An experimental study into the hot surface ignition of coal dust layers from the Callide Coalfields has been conducted. The Australian Standard for classification of hazardous areas subject to such combustible dusts (AS 61241.3) identifies the potential for ignition of combustible dust layers that build up on surfaces with the potential to heat up. Hence electrical equipment installed in hazardous areas has to be designed to operate below the minimum ignition temperature of the dust relevant to that area even under abnormal conditions (such as overload conditions). For this reason it is important to establish certain critical parameters for the dust that will be likely to affect its minimum layer ignition temperature (LIT) and thus the resulting temperature rating for electrical equipment in the area of deposition.
The minimum LIT of a coal dust, or any self-heating dust layer, theoretically has no absolute ignition temperature. However, a minimum LIT can be defined for a given set of conditions that include layer thickness and particle size. The effect of layer thickness has already been well established in previous studies, all concluding that minimum LIT varies in an inverse manner with layer thickness. Consequently, this paper will present new results on investigations using a standard hot plate ignition apparatus to test the effect of particle size and coal composition for the Callide coals. Samples from the Trap Gully (TG), Dunn Creek (DC) and The Hut (TH) pits have been tested since they are known to exhibit varied self-heating potentials across a broad range of mineral matter constituents in the coal.
From this test work it has been established that the minimum LIT of a coal dust is quite reproducible for fresh samples, with ignition temperatures determined to 5oC rather than the 10oC as outlined by the International Standard test procedure (IEC 1241.2.1). The results also display that as particle size decreases so does the minimum LIT, with a 20°C fall in minimum LIT observed as particle top size went from -250μm to -75μm. This variation is considered insignificant in relation to the effect of layer thickness changes, where only a small change in the layer thickness will produced the same rise or fall in minimum LIT as a large change in particle size.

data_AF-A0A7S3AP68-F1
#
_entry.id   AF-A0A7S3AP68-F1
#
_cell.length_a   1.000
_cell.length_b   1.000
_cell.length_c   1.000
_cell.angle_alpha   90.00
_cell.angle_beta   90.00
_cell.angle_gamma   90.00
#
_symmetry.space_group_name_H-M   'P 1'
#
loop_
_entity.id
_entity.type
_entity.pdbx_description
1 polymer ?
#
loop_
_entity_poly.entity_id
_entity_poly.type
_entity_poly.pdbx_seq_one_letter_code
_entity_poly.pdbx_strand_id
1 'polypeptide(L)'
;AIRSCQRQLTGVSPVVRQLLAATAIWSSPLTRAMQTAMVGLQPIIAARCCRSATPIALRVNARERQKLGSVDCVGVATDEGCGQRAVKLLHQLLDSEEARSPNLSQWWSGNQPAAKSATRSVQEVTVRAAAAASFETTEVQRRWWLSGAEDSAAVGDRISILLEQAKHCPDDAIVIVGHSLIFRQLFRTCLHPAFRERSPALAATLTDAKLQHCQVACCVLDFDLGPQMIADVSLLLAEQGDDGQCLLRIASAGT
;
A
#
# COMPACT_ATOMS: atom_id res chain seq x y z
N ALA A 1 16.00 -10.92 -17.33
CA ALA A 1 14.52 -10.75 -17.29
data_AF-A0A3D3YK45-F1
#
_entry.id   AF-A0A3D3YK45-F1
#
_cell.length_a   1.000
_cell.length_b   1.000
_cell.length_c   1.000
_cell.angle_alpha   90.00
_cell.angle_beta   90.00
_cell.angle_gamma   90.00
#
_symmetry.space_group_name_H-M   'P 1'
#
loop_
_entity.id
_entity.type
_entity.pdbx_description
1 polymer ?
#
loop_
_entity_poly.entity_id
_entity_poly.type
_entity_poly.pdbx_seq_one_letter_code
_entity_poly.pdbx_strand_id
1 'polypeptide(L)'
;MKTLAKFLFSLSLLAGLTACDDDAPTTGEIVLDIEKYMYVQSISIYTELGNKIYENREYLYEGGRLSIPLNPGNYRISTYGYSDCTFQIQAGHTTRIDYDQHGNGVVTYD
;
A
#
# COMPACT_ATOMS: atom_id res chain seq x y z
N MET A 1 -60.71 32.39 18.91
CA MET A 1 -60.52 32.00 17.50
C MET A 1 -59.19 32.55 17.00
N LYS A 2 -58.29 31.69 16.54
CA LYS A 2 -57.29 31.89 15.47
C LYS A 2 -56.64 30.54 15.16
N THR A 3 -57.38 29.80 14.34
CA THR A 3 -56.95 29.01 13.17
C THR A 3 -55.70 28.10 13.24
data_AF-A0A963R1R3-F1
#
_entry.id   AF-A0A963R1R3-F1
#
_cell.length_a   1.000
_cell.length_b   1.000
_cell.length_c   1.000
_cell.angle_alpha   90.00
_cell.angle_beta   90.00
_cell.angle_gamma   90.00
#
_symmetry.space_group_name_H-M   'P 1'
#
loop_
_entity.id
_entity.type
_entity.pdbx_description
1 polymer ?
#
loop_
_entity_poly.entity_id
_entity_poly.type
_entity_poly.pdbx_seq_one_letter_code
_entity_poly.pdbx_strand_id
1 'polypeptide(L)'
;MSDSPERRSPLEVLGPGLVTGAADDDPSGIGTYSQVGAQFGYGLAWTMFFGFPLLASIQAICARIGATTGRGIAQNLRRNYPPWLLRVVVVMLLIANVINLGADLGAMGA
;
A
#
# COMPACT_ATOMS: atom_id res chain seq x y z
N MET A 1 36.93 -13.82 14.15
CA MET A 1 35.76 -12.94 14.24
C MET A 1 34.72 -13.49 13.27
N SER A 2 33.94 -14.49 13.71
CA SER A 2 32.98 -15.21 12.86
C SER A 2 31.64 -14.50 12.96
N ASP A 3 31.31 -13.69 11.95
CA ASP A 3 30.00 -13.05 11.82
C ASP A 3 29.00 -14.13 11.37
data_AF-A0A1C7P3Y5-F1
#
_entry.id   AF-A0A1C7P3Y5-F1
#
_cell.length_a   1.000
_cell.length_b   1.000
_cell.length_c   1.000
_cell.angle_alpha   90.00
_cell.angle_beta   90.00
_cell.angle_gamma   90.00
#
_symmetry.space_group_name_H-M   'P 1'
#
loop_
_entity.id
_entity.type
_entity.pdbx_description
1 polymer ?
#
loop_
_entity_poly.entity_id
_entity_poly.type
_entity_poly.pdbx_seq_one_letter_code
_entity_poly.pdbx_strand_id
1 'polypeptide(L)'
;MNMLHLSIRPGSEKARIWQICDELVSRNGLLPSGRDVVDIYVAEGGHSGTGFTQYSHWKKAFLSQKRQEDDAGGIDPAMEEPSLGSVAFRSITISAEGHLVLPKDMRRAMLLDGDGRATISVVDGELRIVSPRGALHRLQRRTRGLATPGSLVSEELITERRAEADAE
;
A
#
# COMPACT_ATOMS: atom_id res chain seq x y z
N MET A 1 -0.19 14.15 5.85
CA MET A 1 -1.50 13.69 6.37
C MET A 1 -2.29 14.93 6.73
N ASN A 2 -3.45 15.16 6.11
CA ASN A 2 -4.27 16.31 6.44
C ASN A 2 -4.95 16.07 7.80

It has also been concluded from the experiments that a relationship exists between minimum LIT and mineral matter, and a rank association is evident across the three pits tested. This occurrence is clearly observable on an ash (dry basis) verus minimum LIT plot, where a rise in the ash level in the sample will produce a higher minimum LIT. Consideration of these trendlines along mineral matter compositional relationships displayed that the type of mineral matter contained within the sample indeed had an effect on the minimum LIT. Cores that were kaolinite dominant had a higher temperature to ignition than cores of increasing amounts of siderite and quartz (approximately 15°C higher for a 25% fall in kaolinite across the Trap Gully coals) with all else being equal. This is due to the higher heat capacity of kaolinite as compared to the other minerals found in the Callide core samples. The use of the 5°C interval for determination of minimum LIT facilitated these observations to be made, that would have been missed under the standard test procedure.
Other results for volatile matter (dry basis) supported these findings, producing the same mineral matter compositional trendlines that were observed in the ash (dry basis) analysis. A linear relationship also existed between minimum LIT and selfheating rates (R70), thus indicating minimum LIT could be used as another indicator of the coals propensity to spontaneously combust.
These findings will give coal mine, power station and coal port terminal operators a better understanding and graphical method of predicting a coals minimum LIT. This will allow for fast and accurate response to an identified hazard, using common geological data such as ash content and mineral matter composition, which will reduce the potential for losses in equipment, production and even life dramatically.